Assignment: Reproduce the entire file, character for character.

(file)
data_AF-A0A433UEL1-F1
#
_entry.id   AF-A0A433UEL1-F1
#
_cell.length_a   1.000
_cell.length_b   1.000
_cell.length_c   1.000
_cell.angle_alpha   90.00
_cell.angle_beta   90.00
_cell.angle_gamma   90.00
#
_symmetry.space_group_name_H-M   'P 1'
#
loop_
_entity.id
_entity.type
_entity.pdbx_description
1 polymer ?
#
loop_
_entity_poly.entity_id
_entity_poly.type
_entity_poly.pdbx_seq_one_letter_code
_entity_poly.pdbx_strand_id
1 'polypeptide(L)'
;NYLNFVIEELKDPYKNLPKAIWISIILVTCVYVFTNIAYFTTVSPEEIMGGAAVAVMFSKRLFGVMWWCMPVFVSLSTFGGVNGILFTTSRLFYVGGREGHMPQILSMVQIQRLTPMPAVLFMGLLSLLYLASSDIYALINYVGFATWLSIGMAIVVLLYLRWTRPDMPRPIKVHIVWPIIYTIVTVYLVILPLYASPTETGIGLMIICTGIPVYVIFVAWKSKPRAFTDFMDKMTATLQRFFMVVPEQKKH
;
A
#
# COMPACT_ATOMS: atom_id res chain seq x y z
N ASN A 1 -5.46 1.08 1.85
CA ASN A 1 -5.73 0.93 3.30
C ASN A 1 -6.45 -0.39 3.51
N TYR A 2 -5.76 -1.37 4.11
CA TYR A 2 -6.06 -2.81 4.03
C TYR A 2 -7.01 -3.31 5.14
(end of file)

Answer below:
data_AF-A0A433UEL1-F1
#
_entry.id   AF-A0A433UEL1-F1
#
_cell.length_a   1.000
_cell.length_b   1.000
_cell.length_c   1.000
_cell.angle_alpha   90.00
_cell.angle_beta   90.00
_cell.angle_gamma   90.00
#
_symmetry.space_group_name_H-M   'P 1'
#
loop_
_entity.id
_entity.type
_entity.pdbx_description
1 polymer ?
#
loop_
_entity_poly.entity_id
_entity_poly.type
_entity_poly.pdbx_seq_one_letter_code
_entity_poly.pdbx_strand_id
1 'polypeptide(L)'
;NYLNFVIEELKDPYKNLPKAIWISIILVTCVYVFTNIAYFTTVSPEEIMGGAAVAVMFSKRLFGVMWWCMPVFVSLSTFGGVNGILFTTSRLFYVGGREGHMPQILSMVQIQRLTPMPAVLFMGLLSLLYLASSDIYALINYVGFATWLSIGMAIVVLLYLRWTRPDMPRPIKVHIVWPIIYTIVTVYLVILPLYASPTETGIGLMIICTGIPVYVIFVAWKSKPRAFTDFMDKMTATLQRFFMVVPEQKKH
;
A
#
# COMPACT_ATOMS: atom_id res chain seq x y z
N ASN A 1 -5.46 1.08 1.85
CA ASN A 1 -5.73 0.93 3.30
C ASN A 1 -6.45 -0.39 3.51
N TYR A 2 -5.76 -1.37 4.11
CA TYR A 2 -6.06 -2.81 4.03
C TYR A 2 -7.01 -3.31 5.14